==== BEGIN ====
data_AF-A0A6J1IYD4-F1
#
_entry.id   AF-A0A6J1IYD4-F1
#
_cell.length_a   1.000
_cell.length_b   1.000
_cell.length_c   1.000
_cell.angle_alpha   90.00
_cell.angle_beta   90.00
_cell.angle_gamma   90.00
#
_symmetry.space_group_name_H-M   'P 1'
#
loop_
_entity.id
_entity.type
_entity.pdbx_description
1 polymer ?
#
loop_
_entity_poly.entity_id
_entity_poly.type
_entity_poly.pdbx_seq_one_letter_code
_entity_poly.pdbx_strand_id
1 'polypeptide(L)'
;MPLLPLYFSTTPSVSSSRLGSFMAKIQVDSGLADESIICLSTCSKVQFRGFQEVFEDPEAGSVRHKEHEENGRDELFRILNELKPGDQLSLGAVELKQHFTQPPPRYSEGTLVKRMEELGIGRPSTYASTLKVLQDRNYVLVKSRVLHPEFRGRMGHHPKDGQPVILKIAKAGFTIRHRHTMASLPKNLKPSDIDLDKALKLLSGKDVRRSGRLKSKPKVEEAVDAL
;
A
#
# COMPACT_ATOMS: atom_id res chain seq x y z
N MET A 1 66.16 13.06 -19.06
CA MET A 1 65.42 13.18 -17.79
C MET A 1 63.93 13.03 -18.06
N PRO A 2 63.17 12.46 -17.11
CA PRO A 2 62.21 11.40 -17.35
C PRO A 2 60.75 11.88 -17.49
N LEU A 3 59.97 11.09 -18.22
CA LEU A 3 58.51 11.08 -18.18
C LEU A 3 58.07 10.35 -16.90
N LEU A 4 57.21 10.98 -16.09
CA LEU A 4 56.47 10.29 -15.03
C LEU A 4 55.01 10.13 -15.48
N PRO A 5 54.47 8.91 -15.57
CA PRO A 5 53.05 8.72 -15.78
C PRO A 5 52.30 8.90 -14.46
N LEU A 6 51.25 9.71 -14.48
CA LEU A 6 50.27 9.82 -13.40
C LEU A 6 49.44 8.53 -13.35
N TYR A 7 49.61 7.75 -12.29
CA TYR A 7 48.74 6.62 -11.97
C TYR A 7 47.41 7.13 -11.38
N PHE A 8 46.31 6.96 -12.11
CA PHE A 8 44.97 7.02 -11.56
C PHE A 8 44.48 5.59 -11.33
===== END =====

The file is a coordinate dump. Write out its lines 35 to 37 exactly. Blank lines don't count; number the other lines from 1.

CA PRO A 2 62.21 11.40 -17.35
C PRO A 2 60.75 11.88 -17.49
N LEU A 3 59.97 11.09 -18.22